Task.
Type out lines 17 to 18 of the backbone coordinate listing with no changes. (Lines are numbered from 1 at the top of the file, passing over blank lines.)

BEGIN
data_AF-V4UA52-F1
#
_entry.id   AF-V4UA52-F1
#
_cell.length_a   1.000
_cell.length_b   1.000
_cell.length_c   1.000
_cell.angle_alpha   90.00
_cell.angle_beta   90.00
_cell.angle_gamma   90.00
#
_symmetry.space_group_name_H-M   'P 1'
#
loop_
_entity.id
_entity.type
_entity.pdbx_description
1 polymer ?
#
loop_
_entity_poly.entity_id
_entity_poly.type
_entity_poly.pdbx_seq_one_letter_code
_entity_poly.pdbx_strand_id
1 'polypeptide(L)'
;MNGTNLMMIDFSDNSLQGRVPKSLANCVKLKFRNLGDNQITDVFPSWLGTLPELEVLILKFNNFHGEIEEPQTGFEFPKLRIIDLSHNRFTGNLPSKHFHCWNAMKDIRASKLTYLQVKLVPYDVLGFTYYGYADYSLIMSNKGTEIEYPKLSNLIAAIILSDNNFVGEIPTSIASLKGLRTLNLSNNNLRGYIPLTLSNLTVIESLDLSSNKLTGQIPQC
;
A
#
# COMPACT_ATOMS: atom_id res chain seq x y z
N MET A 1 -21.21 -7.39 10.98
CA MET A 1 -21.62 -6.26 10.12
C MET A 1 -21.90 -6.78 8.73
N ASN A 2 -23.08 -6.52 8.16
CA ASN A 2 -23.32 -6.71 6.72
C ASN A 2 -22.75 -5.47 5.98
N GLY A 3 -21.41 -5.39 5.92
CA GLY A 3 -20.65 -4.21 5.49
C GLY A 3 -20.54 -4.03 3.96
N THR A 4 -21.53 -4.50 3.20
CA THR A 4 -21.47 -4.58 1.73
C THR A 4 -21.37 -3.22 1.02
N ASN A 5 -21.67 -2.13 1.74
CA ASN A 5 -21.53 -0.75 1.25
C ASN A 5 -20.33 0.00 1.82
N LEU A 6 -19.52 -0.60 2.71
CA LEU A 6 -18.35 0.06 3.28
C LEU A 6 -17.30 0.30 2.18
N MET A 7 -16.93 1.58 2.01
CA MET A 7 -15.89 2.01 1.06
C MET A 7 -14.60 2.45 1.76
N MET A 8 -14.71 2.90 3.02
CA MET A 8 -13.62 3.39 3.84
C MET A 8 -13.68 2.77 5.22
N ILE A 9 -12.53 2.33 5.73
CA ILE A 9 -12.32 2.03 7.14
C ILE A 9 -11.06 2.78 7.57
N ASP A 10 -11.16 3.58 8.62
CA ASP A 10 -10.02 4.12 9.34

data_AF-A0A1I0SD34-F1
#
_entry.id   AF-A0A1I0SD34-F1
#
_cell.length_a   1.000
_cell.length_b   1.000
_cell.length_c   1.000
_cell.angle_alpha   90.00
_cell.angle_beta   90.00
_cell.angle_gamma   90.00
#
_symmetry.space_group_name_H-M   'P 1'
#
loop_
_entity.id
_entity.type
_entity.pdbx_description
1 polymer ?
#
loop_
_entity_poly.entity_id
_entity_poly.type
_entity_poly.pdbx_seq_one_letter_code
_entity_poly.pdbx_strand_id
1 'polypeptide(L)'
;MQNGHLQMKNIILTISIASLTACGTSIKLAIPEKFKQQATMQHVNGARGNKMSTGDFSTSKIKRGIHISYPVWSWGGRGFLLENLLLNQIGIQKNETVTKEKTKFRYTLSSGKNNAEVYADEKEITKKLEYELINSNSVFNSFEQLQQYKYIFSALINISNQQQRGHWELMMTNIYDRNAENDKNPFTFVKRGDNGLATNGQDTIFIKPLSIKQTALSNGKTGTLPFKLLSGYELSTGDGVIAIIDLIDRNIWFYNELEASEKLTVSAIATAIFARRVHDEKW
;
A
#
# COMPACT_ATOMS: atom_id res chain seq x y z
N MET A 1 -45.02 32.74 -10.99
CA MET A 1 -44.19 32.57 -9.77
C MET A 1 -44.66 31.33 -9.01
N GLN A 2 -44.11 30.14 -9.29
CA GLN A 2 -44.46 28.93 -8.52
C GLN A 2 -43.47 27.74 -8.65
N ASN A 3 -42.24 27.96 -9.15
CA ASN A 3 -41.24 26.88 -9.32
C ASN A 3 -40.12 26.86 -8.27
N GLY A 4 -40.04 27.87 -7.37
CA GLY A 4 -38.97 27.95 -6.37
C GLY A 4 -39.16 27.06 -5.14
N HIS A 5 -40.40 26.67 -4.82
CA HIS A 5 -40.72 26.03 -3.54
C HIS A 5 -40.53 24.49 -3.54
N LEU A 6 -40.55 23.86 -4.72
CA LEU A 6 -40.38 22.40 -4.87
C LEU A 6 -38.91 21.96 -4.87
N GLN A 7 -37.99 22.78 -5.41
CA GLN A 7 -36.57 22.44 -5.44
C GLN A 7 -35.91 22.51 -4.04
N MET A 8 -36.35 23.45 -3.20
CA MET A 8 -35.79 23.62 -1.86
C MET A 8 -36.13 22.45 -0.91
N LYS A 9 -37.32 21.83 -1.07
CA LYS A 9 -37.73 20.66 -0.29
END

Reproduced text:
_entity.pdbx_description
1 polymer ?